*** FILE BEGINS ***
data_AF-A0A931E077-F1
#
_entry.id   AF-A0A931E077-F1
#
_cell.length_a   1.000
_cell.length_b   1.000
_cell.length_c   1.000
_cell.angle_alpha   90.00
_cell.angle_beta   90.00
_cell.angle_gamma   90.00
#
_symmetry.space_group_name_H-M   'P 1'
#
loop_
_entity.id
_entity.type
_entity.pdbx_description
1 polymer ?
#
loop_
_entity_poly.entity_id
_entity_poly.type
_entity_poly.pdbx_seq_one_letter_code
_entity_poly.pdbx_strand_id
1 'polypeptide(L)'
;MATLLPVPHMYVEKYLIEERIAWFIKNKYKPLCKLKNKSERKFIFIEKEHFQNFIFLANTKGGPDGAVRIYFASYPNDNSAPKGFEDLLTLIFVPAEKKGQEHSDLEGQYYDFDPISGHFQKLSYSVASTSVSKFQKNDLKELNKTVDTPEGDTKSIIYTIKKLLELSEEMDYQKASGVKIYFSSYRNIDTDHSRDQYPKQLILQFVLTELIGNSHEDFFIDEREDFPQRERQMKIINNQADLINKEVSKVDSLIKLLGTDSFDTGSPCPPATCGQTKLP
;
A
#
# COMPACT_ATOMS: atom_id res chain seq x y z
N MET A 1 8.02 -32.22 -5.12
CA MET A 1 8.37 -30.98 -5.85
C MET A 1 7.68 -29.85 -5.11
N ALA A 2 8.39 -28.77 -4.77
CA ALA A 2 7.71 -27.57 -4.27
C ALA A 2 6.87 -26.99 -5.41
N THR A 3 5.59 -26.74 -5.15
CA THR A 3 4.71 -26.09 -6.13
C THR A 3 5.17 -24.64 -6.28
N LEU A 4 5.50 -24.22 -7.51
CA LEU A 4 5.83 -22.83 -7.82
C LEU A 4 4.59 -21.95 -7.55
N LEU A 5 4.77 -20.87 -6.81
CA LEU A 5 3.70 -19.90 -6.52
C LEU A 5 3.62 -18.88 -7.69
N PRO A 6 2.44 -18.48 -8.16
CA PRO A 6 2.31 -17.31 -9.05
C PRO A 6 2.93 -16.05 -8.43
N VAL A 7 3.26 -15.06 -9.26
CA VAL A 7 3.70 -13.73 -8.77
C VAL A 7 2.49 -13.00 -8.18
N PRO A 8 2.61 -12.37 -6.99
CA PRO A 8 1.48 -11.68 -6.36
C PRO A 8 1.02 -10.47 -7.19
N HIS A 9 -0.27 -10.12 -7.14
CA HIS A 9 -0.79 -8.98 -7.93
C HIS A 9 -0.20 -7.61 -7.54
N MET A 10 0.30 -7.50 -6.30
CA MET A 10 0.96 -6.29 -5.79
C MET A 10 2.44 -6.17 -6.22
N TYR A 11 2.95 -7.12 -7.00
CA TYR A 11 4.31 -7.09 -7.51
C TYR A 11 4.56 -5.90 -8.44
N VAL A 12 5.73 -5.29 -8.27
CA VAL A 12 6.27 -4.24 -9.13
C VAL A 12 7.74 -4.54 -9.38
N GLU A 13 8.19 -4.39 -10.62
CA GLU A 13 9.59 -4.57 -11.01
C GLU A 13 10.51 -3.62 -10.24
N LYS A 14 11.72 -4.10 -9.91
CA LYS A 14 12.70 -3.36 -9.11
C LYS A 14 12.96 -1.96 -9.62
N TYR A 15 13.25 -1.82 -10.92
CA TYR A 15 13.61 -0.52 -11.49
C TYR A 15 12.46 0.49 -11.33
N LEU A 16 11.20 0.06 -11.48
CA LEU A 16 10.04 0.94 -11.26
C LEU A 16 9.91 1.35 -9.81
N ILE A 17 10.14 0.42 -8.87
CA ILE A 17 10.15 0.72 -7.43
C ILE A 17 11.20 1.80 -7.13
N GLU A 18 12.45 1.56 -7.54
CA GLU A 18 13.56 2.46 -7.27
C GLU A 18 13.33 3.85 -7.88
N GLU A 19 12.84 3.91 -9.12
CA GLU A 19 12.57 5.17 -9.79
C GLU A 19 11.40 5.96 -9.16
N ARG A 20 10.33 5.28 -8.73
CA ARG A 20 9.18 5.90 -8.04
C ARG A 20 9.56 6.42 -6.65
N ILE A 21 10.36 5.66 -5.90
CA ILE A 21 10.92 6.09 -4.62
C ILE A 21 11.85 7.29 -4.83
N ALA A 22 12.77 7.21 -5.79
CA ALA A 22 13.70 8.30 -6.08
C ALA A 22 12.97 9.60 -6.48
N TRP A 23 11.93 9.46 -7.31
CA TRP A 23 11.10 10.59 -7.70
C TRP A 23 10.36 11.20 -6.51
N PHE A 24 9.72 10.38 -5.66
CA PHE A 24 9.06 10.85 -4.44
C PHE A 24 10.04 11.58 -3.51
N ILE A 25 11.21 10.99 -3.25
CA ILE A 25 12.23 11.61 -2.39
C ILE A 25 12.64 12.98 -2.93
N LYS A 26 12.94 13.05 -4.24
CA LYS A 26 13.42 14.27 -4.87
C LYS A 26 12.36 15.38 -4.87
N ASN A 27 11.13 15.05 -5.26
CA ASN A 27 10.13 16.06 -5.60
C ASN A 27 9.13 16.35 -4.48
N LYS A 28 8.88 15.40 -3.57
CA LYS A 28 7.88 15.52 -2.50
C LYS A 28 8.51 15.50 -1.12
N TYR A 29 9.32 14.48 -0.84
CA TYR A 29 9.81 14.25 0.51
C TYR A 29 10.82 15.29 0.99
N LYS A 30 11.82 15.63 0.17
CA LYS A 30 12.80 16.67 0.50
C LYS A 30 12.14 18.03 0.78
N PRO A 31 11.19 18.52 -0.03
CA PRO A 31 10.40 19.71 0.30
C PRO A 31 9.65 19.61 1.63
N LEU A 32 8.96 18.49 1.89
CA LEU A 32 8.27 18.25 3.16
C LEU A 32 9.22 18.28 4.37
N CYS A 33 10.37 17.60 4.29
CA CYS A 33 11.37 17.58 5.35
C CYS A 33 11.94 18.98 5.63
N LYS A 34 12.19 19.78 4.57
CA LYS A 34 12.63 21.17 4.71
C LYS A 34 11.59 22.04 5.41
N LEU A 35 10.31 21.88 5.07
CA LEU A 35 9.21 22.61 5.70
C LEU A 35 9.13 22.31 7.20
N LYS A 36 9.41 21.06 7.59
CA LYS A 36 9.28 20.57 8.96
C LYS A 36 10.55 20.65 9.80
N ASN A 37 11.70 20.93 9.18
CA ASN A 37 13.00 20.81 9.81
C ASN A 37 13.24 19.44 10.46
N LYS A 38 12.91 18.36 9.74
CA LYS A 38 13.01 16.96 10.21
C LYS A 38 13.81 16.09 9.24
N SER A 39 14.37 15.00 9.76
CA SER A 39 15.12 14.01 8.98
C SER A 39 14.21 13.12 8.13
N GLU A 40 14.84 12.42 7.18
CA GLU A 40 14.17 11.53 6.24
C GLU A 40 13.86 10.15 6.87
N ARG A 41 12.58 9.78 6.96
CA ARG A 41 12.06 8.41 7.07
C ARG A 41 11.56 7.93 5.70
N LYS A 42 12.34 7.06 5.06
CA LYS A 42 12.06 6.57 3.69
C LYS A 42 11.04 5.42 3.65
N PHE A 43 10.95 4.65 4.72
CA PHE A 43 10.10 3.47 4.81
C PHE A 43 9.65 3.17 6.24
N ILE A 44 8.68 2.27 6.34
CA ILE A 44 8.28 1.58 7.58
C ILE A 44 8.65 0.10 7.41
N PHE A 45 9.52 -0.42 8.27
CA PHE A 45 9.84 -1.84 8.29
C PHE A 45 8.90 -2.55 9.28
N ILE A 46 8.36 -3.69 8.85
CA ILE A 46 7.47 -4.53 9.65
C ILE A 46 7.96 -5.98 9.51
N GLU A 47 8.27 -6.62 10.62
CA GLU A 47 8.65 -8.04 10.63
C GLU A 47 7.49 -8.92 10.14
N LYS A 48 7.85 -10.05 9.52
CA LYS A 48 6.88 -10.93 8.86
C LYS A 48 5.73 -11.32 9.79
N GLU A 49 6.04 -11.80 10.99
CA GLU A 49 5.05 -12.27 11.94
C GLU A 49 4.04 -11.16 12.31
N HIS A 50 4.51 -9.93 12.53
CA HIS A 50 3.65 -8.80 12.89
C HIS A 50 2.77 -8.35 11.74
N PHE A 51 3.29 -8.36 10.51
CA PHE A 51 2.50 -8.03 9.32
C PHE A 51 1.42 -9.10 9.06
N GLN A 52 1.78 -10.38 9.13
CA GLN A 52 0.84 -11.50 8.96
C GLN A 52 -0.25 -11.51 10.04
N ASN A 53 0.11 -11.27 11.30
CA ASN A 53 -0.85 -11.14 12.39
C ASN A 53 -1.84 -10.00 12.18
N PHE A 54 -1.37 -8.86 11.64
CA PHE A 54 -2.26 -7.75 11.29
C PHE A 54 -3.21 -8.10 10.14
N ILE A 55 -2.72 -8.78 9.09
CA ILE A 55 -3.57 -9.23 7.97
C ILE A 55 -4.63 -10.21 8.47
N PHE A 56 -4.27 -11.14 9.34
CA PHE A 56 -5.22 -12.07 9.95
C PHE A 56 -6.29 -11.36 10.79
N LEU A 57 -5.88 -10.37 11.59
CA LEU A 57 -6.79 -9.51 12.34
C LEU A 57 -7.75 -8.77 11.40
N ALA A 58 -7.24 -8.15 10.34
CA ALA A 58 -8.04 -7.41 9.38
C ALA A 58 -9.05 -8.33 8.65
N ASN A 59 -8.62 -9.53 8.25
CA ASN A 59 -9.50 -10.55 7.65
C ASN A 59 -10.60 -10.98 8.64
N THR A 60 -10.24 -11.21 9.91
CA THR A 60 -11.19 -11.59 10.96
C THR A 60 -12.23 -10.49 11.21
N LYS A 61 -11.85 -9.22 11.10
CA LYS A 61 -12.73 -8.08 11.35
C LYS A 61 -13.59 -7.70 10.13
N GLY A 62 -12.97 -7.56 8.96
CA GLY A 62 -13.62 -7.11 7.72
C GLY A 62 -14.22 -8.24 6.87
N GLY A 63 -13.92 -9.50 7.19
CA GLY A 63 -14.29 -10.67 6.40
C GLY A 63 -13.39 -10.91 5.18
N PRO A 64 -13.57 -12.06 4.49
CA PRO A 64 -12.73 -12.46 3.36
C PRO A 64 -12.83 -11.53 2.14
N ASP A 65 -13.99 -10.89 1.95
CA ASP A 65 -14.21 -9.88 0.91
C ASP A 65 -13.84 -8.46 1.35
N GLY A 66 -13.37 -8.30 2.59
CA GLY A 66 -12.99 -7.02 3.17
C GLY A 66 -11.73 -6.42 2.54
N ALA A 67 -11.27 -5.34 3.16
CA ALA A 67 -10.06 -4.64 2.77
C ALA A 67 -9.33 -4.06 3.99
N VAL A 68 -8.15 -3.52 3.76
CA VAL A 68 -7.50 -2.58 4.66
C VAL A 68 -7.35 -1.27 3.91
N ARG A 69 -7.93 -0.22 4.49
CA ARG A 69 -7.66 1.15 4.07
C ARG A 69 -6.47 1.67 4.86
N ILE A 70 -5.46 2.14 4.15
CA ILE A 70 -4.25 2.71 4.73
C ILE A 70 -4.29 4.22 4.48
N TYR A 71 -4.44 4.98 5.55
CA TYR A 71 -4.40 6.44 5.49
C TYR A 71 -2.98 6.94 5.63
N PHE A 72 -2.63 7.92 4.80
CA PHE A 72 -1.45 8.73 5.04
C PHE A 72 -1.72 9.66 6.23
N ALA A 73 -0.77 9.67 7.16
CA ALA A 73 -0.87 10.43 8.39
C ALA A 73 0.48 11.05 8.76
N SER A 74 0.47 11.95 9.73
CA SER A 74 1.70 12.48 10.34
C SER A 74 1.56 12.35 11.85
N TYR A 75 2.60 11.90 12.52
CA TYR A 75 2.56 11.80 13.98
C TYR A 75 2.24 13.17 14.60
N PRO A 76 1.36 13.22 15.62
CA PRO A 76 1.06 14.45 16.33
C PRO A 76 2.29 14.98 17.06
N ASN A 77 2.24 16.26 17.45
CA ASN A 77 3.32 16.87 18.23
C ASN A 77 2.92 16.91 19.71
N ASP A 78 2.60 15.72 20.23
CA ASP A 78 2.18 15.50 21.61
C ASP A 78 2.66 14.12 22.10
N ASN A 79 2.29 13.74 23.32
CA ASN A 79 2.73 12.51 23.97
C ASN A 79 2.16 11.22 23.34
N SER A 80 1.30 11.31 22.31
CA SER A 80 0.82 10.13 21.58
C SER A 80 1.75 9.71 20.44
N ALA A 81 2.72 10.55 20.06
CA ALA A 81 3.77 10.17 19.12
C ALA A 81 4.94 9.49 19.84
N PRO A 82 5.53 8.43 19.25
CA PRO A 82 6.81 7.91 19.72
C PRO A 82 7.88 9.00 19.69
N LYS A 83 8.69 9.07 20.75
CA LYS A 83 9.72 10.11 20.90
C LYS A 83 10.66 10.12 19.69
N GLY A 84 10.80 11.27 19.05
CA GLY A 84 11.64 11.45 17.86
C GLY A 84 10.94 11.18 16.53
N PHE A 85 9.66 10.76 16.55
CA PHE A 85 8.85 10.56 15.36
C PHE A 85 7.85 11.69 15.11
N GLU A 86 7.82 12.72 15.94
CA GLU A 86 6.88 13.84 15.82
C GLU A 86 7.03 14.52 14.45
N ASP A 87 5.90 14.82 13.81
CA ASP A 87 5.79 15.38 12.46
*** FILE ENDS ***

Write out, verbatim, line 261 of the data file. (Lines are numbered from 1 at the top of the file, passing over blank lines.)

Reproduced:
C ASN A 77 2.92 16.91 19.71